Y2K czar: $5.5 billion enough

Year 2000 czar John Koskinen last week said the federal government should have more than enough money earmarked in fiscal 1999 to fix the millennium bug.

President Clinton earmarked millions of dollars in his fiscal 1999 budget request for reprogramming or replacing computer systems that are not Year 2000-compliant. But Koskinen said that two proposed Year 2000 contingency funds containing nearly $5.5 billion dollars beyond the administration's budget requests should cover the costs of fixing federal computer systems.

The two proposed funds that the federal government might draw from include a $3.2 billion pool of money that the administration is requesting to cover anything from Year 2000 fixes to emergency military missions. The Senate Appropriations Committee has proposed another pool of money, which includes $2.25 billion that agencies could use for the Year 2000 problem.

"That's more than enough," Koskinen told reporters last week at the first in a planned series of press briefings.

Some federal observers have complained that the administration is being too conservative in its budget requests for fixing the Year 2000 problem, focusing instead on maintaining a balanced budget. But Koskinen disagreed with that assertion.

Regardless of how much money goes toward the Year 2000 problem, it will not be able to buy time. "If you assume that most of those resources [$30 billion for all information technology spending in the fiscal 1999 budget proposal] are going to go to the Year 2000— and additional moneys— it may be enough. But nobody knows," said Olga Grkavac, senior vice president with the Information Technology Association of America's Systems Integration Division. "In the end, there's still not enough time."

Koskinen acknowledged that he does not expect that the federal Year 2000 problem will be entirely fixed by 2000. Federal officials are uncovering Year 2000 problems in other places, particularly in embedded computer chips used for everything from security systems to dam operations. But Koskinen said the government cannot predict how many computer systems may shut down on Jan. 1, 2000.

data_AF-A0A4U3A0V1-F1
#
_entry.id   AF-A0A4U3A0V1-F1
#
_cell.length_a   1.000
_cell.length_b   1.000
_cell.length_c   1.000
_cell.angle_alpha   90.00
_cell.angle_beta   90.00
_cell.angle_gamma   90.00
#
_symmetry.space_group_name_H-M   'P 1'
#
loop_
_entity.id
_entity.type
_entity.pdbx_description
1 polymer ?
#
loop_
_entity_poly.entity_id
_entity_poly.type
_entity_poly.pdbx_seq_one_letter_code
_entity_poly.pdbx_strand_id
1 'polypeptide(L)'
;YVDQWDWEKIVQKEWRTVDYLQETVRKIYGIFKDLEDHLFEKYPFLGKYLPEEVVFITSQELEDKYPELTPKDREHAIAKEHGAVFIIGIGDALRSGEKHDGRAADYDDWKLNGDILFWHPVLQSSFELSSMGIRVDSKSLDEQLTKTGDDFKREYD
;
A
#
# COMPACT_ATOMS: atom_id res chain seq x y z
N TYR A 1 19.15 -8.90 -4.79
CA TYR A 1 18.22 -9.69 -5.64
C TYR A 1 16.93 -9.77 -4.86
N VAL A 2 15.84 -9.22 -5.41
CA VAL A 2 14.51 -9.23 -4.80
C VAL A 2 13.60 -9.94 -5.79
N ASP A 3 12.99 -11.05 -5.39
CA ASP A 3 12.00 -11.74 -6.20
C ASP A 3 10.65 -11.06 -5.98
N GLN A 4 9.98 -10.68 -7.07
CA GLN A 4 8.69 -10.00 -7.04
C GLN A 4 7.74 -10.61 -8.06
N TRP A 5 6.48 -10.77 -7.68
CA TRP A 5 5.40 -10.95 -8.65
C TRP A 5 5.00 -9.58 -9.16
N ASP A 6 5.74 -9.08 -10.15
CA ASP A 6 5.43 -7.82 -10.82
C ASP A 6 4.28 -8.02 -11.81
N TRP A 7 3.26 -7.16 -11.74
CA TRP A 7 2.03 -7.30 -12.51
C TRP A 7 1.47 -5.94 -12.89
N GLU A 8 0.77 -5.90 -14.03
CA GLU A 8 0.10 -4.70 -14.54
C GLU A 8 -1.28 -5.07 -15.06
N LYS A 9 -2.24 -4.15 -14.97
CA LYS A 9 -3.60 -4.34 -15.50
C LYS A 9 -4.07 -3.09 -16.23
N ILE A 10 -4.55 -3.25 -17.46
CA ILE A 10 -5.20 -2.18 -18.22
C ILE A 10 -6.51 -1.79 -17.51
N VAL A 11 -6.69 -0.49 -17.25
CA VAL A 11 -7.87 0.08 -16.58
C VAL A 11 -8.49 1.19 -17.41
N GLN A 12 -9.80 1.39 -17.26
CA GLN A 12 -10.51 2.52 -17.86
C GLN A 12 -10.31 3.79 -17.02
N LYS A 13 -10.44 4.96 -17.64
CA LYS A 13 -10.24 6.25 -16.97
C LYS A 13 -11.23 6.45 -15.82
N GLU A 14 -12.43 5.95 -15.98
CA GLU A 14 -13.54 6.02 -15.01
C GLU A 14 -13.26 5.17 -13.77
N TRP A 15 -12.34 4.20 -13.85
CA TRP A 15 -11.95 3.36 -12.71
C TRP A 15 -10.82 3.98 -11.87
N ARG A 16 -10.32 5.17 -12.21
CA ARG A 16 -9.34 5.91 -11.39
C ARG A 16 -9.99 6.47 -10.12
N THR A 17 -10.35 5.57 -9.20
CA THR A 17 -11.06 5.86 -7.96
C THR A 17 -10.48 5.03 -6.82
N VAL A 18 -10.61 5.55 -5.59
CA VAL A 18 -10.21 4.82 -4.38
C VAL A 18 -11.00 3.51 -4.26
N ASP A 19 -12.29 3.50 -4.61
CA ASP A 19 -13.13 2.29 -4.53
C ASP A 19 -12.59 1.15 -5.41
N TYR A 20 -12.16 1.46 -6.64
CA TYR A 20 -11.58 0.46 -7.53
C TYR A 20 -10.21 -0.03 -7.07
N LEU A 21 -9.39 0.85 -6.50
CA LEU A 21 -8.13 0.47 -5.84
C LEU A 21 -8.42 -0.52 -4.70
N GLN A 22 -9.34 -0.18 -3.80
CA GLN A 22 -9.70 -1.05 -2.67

Programmers Become Scarce

Some of the largest obstacles in fixing the Year 2000 problem still remain as programmers become scarce. "Money can't buy time, and there [will] come a point where the resources become so expensive because they'll be in such short supply," Grkavac said.

The Office of Management and Budget estimated that the federal government will spend $1.14 billion in fiscal 1999 to fix the Year 2000 problem.

OMB forecasts that from fiscal 1996 through fiscal 2000 an estimated $4.7 billion will have been spent on the problem. That estimate is expected to go up next month, when OMB releases a new report.

Congress questions those cost estimates and whether more money than expected will be needed as labor becomes scarce and as agencies learn more about what it will cost to fix their computers.

Rep. Constance Morella (R-Md.) said OMB's Year 2000 cost estimate is "terribly optimistic." She favors doubling the $2.25 billion Year 2000 contingency fund proposed by the Senate Appropriations Committee this month. Year 2000 "is labor-intensive and there's an unrelenting deadline," she said. "I just think you have to be more realistic."


  • Defense
    Soldiers from the Old Guard test the second iteration of the Integrated Visual Augmentation System (IVAS) capability set during an exercise at Fort Belvoir, VA in Fall 2019. Photo by Courtney Bacon

    IVAS and the future of defense acquisition

    The Army’s Integrated Visual Augmentation System has been in the works for years, but the potentially multibillion deal could mark a paradigm shift in how the Defense Department buys and leverages technology.

  • Cybersecurity
    Deputy Secretary of Homeland Security Alejandro Mayorkas  (U.S. Coast Guard photo by Petty Officer 3rd Class Lora Ratliff)

    Mayorkas announces cyber 'sprints' on ransomware, ICS, workforce

    The Homeland Security secretary announced a series of focused efforts to address issues around ransomware, critical infrastructure and the agency's workforce that will all be launched in the coming weeks.

Stay Connected